For years I’ve been using Shotwell as my image manager of choice, but in the last 18 months or so it’s become increasingly difficult (nee impossible) to compile on non-bleeding edge stable Linux releases such as CentOS 6 (which happens to be my choice of desktop).
I tried, and failed, to get along with Digikam, gThumb, Darktable and a host of others – many non-maintained. They were almost all single user, except web-based DAM solutions, which were massively overweight for my use case. For completeness, the primary use case was “allow me and my wife to dump photos from SD cards/phones/tablets etc to somewhere safe, indexed by date, and backed up”.
I’d already created a share on my home NAS into which we could both dump images, but a side-effect of long term use of Shotwell was that the images were copied over to a YYYY/mm/dd directory structure and with 500GB+ I did not want to have to reindex that if I could help it.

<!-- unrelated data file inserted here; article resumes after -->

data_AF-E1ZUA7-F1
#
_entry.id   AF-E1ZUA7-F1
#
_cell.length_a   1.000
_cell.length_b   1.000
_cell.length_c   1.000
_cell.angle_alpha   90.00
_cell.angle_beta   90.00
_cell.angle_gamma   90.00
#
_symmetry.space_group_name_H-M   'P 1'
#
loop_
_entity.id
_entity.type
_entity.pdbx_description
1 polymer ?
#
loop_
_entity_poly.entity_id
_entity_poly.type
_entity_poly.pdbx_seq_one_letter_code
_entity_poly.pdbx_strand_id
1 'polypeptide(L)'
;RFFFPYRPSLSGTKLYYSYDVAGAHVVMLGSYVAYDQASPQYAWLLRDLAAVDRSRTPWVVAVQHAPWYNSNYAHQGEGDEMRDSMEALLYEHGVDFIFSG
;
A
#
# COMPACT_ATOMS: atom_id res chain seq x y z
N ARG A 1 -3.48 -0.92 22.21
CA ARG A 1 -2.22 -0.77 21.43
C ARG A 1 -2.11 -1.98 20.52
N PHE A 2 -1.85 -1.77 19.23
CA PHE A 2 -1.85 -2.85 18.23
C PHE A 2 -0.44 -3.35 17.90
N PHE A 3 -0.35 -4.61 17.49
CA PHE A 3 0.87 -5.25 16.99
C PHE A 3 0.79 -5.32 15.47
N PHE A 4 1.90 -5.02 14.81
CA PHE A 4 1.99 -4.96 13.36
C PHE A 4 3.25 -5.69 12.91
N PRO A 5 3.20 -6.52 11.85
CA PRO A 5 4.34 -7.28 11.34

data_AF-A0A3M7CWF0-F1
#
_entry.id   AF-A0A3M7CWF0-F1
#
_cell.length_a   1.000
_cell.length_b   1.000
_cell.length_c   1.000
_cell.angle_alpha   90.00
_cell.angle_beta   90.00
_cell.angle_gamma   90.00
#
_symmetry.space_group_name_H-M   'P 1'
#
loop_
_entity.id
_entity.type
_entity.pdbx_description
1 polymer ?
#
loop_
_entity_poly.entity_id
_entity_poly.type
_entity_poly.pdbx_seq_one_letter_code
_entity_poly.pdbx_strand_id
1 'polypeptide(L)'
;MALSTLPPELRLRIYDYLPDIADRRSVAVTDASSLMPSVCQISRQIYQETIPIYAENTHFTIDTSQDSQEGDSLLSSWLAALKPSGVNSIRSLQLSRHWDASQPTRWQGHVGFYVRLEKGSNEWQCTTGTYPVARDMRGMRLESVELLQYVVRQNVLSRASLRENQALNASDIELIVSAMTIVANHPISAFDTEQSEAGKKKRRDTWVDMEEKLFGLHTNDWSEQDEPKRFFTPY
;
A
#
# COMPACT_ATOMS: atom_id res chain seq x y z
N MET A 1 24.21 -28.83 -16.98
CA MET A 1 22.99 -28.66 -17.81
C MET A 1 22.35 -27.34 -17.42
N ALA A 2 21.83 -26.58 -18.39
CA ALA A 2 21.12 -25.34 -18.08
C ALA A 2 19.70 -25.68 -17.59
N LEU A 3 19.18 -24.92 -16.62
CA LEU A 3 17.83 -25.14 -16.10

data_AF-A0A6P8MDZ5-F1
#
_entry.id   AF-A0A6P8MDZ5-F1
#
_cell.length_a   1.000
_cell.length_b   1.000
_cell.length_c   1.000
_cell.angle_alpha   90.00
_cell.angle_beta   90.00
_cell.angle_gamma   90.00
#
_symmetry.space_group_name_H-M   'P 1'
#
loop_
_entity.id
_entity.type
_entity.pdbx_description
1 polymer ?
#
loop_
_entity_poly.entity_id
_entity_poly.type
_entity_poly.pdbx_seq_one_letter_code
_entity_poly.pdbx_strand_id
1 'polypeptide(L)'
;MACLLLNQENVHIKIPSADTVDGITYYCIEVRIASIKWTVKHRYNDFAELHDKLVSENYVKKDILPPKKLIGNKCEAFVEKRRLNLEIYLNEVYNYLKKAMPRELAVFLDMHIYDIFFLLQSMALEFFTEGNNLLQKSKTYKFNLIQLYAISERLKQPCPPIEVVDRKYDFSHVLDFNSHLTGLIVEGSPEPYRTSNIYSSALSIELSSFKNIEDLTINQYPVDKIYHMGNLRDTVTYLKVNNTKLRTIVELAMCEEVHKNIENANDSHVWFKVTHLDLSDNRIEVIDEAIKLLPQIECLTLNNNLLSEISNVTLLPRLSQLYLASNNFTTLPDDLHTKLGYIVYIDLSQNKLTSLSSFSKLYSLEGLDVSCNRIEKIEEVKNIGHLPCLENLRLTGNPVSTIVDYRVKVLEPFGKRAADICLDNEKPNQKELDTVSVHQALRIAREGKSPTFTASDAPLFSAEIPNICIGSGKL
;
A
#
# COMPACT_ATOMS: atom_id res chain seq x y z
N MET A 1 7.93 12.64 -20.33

Google didn’t seem to want to help me, until I started searching for terms like “import photos based on EXIF data”, and then…
I found a nugget of beautiful information: ExifTool (written in Perl) could do the hard bit, importing, for me!
So to save you the trouble, here’s the code:
#!/bin/sh /usr/bin/exiftool -r -P -v0 -if '$filename !~ /(^\.)/' \ "-Directory<FileModifyDate" \ "-Directory<DateTimeOriginal" \ -o no-date-available/ \ -d "/mnt/imagedir/%Y/%m/%d" \ "/mnt/photodrop"
Essentially, it boils down to:
- ignore files beginning with a period
- select target directory based on EXIF date, or date modified depending which is available
- put them in a YYYY/mm/dd directory structure
And that’s it. Perfect. Dead simple, agnostic of editor, properly multi-user and indexed by date.